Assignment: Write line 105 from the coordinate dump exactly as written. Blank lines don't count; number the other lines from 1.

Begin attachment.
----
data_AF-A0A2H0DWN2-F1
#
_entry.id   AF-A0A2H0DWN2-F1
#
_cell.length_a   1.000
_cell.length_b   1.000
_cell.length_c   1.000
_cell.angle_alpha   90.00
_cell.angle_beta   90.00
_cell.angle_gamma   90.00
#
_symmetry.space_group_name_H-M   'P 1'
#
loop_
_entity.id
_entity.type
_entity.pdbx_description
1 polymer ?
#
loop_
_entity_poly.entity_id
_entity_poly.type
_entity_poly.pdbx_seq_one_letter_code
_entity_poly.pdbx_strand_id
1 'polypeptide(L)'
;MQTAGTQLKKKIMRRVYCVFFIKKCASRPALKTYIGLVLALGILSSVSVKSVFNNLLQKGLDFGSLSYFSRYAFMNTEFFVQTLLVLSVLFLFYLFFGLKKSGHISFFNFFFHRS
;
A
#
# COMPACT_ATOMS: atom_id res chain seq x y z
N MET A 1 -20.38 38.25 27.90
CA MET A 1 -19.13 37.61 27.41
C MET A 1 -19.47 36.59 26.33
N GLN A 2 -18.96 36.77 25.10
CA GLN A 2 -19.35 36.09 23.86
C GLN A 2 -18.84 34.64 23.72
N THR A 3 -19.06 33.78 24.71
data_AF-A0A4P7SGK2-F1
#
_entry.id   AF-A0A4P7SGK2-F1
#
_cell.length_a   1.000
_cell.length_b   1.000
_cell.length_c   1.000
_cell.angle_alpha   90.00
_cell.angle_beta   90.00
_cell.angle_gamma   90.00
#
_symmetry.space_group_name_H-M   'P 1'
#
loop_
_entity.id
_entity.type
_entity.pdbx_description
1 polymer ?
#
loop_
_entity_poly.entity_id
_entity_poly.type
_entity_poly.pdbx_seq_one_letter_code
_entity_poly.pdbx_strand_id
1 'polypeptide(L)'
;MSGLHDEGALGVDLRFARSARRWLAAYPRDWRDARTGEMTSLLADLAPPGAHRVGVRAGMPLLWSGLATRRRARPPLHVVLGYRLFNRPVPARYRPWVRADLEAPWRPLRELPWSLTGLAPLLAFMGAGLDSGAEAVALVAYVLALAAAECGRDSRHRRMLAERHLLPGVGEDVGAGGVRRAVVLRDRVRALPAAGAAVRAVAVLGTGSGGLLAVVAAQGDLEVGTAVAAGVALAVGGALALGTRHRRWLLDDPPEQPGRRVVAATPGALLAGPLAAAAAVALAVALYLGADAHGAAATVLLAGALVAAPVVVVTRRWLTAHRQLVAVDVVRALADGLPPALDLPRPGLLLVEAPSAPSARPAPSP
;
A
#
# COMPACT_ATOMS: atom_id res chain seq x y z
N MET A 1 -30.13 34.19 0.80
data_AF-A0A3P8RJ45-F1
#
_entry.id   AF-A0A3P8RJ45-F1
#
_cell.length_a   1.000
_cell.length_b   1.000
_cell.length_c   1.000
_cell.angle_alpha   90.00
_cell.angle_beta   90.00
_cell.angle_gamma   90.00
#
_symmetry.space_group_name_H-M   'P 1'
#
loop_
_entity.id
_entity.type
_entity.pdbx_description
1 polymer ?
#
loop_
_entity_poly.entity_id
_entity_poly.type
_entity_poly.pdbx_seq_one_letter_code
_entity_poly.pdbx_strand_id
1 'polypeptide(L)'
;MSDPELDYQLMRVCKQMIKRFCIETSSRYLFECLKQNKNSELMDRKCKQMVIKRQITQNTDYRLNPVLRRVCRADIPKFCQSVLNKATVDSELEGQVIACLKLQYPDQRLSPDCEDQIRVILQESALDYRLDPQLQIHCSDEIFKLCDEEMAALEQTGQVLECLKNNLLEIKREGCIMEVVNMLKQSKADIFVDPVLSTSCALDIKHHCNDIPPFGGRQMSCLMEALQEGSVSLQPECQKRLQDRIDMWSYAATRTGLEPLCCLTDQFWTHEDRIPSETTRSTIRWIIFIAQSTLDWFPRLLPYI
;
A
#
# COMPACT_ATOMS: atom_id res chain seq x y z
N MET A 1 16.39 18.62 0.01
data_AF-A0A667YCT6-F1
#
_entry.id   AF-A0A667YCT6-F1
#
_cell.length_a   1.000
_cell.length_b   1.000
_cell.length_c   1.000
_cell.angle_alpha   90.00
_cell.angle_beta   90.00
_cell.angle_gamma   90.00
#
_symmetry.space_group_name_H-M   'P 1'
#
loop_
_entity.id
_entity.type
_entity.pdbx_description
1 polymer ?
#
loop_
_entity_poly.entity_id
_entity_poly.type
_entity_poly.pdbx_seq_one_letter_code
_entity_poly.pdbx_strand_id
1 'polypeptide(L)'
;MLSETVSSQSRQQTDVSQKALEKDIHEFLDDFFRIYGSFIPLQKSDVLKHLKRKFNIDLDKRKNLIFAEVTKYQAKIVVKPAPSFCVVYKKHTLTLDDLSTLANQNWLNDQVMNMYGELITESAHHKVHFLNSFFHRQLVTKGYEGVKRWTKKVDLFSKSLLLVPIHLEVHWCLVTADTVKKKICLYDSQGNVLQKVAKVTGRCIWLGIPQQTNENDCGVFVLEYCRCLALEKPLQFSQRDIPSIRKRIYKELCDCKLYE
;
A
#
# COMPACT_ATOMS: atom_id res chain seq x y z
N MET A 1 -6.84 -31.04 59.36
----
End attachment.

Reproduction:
_cell.length_b   1.000